Bulk and Backpacks, Bandoliers, Belt Pouches, and other "Bags"


Rules Questions


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One poster speculated that the following items were supposed to have more interaction with the Bulk system:

Backpack, L, holds 4B
Bandolier, -, holds 8L or one set of tools
Belt Pouch, -, holds 4L
Quiver, conspicuously missing from CRB(!)
Sack, L, holds 2B or 8B
Satchel, -, holds 2B
Saddle Bags, -, holds 3B on mount
Scroll Case, -, holds scrolls and maps
Sheath, -, holds one weapon
Vial, -, holds one ounce of liquid (L?)
Waterskin, L, holds B

I speculate that for gamers that want to track where they store their equipment, these items are for being explicit about that placement.

What do you think?


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Well considering they don't give you any carry weight increases.

They're really just for tracking placement for loss or damage I assume.


Pathfinder Adventure Path, Lost Omens, Rulebook, Starfinder Adventure Path, Starfinder Roleplaying Game Subscriber

Containers have been a standard item on equipment lists since 1974. Remember that the first edition of D&D suggested using the game "Outdoor Survival" to track wilderness expeditions, so any camping gear like backpacks, rope, tents and so on have been with RPGs since their inception.

Naturally, when I start listing equipment for a character, I preface each section with a container. So I'll write, for example:
- bandolier w/6 daggers
- belt pouch w/writing set & 6 vials
- backpack: (followed by a list of everything I could spend money on)

There is some room for arguing that bulk should decrease slightly when you group items together in a container. Without resorting to bags of holding and such, perhaps an ordinary backpack could reduce the carried bulk of items inside by 10%. I suspect our pals at Paizo didn't want to bother with such minutiae since the entire purpose of the bulk system was to get away from niggling book-keeping details. It's nice that you can just ignore "L" items as long as you don't have too many of them.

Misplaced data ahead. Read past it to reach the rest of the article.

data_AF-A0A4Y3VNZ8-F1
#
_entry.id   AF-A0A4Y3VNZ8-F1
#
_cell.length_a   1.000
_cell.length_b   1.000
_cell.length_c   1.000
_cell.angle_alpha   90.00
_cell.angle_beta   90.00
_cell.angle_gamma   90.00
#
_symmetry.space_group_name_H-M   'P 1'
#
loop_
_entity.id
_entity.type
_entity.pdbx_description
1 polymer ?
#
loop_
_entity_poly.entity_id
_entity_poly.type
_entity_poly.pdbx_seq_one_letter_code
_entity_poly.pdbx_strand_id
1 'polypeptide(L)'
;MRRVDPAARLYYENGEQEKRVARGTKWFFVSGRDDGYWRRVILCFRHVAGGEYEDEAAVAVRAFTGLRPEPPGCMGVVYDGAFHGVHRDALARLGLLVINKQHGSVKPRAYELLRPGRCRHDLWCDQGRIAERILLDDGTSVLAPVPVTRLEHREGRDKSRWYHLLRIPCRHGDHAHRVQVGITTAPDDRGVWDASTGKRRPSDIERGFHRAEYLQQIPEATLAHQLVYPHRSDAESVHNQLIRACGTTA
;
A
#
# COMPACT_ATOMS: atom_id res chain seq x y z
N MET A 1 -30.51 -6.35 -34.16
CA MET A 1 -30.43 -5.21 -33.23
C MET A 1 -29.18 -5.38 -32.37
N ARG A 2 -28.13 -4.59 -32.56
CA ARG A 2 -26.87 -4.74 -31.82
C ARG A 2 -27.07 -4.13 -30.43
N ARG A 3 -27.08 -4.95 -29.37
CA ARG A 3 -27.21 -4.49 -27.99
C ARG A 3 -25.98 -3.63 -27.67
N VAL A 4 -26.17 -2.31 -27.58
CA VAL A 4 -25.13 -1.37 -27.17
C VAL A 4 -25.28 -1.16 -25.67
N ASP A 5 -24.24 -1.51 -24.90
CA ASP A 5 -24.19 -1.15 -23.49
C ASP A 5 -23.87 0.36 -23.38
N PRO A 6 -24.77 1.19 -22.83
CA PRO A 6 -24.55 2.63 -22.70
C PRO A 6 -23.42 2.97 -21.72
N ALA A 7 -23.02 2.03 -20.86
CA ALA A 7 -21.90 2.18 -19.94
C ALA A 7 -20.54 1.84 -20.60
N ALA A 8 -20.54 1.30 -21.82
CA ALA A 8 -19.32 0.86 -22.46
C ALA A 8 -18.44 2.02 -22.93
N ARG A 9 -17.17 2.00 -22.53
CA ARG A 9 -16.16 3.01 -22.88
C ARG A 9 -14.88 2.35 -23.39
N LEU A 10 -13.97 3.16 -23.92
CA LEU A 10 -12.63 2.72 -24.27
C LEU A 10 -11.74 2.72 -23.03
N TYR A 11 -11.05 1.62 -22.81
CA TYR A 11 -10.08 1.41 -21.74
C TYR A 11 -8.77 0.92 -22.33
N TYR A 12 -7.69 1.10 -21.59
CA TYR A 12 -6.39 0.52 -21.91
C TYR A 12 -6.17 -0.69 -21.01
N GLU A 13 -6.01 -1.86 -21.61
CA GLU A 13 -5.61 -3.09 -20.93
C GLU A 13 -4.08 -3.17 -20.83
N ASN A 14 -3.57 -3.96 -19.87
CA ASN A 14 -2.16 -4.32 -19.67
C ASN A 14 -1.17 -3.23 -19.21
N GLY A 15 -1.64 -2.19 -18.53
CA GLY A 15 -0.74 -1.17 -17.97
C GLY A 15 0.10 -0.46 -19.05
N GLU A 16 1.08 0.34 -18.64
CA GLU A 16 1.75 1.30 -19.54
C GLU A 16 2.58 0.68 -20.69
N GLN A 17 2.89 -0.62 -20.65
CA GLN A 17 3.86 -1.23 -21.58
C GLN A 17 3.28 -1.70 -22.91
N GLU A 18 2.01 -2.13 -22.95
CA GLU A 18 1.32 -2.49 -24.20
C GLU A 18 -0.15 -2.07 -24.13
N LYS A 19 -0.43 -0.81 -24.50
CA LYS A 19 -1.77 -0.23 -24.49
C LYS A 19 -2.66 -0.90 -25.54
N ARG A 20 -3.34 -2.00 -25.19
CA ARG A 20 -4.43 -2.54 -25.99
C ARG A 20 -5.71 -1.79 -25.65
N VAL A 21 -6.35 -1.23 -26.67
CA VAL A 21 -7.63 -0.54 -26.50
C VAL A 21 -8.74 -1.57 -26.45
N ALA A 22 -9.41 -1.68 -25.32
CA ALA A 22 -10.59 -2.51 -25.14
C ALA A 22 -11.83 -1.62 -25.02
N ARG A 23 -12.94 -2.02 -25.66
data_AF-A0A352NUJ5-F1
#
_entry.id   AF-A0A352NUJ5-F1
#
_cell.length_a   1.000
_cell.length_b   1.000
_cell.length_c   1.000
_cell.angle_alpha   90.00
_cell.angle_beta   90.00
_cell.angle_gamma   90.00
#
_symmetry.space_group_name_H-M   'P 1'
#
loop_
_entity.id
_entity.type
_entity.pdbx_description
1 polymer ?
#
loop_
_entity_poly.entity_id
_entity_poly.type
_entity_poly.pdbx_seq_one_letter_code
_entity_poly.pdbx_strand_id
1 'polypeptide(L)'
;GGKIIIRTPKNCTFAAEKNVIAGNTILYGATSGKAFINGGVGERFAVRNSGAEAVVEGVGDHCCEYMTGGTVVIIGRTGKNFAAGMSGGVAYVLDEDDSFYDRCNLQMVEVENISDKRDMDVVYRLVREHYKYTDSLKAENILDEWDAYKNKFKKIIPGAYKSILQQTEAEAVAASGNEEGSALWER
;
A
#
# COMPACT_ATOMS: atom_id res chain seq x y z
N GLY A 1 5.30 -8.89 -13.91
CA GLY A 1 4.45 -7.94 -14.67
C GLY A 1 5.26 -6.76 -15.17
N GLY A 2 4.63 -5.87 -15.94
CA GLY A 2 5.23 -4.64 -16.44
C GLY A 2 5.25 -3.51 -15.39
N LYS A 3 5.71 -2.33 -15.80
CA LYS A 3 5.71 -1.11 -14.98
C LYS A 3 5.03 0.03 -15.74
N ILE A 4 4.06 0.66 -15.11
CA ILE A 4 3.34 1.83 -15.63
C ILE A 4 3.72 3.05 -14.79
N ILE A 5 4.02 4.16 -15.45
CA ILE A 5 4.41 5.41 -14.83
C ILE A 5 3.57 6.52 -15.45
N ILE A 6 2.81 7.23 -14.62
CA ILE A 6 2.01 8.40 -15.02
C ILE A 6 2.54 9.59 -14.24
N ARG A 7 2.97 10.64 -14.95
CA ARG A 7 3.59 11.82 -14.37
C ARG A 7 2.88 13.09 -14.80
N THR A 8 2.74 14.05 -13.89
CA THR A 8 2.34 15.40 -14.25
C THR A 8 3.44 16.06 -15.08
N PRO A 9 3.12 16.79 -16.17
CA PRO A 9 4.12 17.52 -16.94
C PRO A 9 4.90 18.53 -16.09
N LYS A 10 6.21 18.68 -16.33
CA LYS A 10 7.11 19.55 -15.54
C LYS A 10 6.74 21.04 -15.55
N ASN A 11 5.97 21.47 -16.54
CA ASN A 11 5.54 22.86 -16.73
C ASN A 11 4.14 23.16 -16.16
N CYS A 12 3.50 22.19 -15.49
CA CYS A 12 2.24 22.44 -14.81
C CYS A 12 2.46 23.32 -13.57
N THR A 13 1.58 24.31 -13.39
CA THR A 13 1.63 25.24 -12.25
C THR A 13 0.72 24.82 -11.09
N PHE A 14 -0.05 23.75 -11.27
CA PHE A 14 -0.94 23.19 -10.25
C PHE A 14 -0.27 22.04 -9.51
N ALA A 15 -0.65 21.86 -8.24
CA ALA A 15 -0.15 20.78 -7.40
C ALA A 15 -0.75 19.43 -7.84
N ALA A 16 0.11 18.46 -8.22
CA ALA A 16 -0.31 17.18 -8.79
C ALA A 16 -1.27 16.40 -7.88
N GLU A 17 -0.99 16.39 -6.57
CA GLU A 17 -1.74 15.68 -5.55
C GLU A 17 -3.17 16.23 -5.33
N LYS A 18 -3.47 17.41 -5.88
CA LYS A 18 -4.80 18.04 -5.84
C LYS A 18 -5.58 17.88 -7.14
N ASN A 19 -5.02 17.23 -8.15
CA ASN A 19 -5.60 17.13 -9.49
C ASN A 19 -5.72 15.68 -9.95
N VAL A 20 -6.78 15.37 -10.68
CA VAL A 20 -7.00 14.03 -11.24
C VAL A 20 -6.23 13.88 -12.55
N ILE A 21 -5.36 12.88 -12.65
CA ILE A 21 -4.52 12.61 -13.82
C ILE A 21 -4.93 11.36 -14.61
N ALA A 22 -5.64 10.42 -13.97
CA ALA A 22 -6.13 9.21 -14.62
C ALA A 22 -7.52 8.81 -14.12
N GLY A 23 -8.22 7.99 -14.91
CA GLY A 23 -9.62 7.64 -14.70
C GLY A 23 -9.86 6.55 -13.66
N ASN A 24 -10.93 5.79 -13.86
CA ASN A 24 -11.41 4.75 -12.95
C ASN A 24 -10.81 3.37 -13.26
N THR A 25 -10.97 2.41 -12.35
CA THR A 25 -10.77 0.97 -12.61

I think it is really mostly for the old question "What do you have on you right now"? Like, do you really have your backpack on at the formal dinner, or you escape and run leaving everything but your backpack behind, etc.

Sovereign Court

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Hmm, prefacing groups of equipment with their container is a nifty idea actually. That also enables a playstyle where you might carry an encumbering amount of weight during exploration but drop a pack at the start of combat.


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Pathfinder Companion, Maps, Pathfinder Accessories, Pawns Subscriber; Pathfinder Roleplaying Game Superscriber

A bandolier allows you to retrieve the item as part of the action to use it, so there's that.

Exo-Guardians

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rainzax wrote:
I speculate that for gamers that want to track where they store their equipment, these items are for being explicit about that placement.

I think this is exactly it. I'm one of those players and I appreciate having backpacks, belt pouches, waterskins, etc. in the game. I like tracking what gear is in what container, even though my GM and fellow players generally prefer to handwave that sort of thing.


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Pathfinder Adventure Path, Lost Omens, Rulebook Subscriber
OffRoadSP wrote:
A bandolier allows you to retrieve the item as part of the action to use it, so there's that.

I think this is only true for a dedicated toolset. All other items retrieved would require an Interact action.